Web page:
Second, private equity represents a historic milestone in the history of capitalism, and in a massively good way. PE is the first time in all of history that the middle class is able to invest side by side with the wealthy in the same deals with the same returns. Think about this for a second. For all of history, the wealthy have controlled everything and have reaped all the rewards of capitalism. The middle class has gotten just the crumbs. PE firms invest the money of their clients primarily (usually, only 10% of the equity comes from the PE firm itself). The rest comes from wealthy individuals, but also from State employee pension funds, teacher pension funds, union pension funds, sovereign wealth funds, and private company pension funds. Many of these clients of PE firms are investing the money of average working stiffs, and making the 50% returns discussed in the article. These returns help provide for the retirement of millions of working class people and keep taxes low, allowing governments to utilize money that would be otherwise earmarked for pensions to be used for other important priorities. PE firms fight like hell for allocations from these pension funds, and do whatever they can to keep these pension funds satisfied.

      So your statement that PE is the worst capitalism has to offer couldn’t be further from the truth. It is in reality the first time all of us are getting in on the action. Having someone who truly understands the allocation of capital in the White House is actually quite a concept, especially considering Obama and his cabinet are completely clueless about the private economy and how it works. The results of his presidency speaks for itself. This from a lifelong Democrat who voted Obama last time, but won’t this time because he’s basically incompetent.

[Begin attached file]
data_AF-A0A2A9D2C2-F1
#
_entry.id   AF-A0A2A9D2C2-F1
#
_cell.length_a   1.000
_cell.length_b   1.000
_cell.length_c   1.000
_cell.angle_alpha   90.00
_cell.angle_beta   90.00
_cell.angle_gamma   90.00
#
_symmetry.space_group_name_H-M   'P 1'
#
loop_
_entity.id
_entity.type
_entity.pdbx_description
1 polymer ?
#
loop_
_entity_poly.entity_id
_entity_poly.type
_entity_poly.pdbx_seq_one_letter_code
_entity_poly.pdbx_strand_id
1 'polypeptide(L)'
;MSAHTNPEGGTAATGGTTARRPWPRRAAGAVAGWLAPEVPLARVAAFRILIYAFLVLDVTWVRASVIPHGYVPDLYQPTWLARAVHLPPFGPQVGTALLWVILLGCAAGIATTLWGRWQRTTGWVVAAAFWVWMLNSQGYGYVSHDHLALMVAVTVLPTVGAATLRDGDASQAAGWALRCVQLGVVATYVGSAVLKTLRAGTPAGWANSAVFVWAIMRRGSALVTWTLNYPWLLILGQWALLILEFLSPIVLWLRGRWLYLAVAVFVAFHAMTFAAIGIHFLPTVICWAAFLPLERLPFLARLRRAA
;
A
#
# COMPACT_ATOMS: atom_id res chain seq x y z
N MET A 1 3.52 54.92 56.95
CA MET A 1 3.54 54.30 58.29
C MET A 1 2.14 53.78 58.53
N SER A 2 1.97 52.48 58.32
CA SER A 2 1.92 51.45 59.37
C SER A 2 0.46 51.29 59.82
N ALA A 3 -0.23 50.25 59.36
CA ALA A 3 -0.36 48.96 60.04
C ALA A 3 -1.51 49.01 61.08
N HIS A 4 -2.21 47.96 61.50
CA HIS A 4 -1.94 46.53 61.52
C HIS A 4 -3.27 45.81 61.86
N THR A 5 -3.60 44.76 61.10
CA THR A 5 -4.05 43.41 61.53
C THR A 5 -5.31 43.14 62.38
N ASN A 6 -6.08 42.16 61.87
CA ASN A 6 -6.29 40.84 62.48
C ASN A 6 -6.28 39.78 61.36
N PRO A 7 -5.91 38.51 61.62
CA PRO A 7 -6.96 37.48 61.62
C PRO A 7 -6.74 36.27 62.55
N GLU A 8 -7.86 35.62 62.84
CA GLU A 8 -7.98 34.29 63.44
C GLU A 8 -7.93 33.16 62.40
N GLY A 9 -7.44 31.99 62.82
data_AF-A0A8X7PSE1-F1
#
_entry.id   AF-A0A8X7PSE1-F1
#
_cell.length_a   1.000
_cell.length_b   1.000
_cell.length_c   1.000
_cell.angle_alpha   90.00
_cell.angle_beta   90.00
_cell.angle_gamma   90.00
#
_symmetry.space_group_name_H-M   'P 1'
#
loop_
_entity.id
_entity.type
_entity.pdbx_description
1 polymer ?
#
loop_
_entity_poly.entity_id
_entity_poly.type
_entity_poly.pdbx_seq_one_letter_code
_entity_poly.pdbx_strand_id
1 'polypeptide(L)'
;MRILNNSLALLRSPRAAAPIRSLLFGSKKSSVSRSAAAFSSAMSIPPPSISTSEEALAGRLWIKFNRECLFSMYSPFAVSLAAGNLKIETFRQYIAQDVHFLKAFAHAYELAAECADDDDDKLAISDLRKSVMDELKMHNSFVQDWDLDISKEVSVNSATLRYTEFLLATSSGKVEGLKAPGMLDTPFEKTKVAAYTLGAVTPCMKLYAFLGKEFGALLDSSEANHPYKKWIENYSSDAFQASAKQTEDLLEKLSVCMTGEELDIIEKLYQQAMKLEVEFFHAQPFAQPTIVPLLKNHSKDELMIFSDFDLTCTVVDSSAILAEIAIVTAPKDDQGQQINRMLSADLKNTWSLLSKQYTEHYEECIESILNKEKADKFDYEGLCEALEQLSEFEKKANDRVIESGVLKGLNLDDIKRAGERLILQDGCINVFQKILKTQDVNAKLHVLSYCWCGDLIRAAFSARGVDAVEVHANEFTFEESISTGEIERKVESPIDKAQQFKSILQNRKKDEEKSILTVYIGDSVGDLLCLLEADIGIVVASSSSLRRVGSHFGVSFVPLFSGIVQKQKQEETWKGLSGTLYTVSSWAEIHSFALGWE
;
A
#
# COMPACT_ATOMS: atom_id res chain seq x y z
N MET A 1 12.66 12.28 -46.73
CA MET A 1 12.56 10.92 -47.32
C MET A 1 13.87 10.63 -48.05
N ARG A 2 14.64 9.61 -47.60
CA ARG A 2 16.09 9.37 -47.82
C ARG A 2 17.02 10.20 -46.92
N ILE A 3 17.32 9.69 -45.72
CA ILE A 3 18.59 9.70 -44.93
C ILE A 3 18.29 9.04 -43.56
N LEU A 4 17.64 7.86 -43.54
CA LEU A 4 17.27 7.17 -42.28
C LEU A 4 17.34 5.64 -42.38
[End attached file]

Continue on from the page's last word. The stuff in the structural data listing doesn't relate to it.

1. Dominick Vila September 11, 2012

        Nope, I am staying in sunny Florida! What is relevant for me when it comes to voting for a candidate that bases his qualifications on his business acumen and record is not how he and his company allocated capital, but whether his focus was on investing and creating jobs in the United States, how he became rich, how his decisions affected the employees of the companies he counseled, whether or not he contributed to the betterment of our communities, payed taxes like the rest of us, and demonstrated that his focus went beyond sales and profits.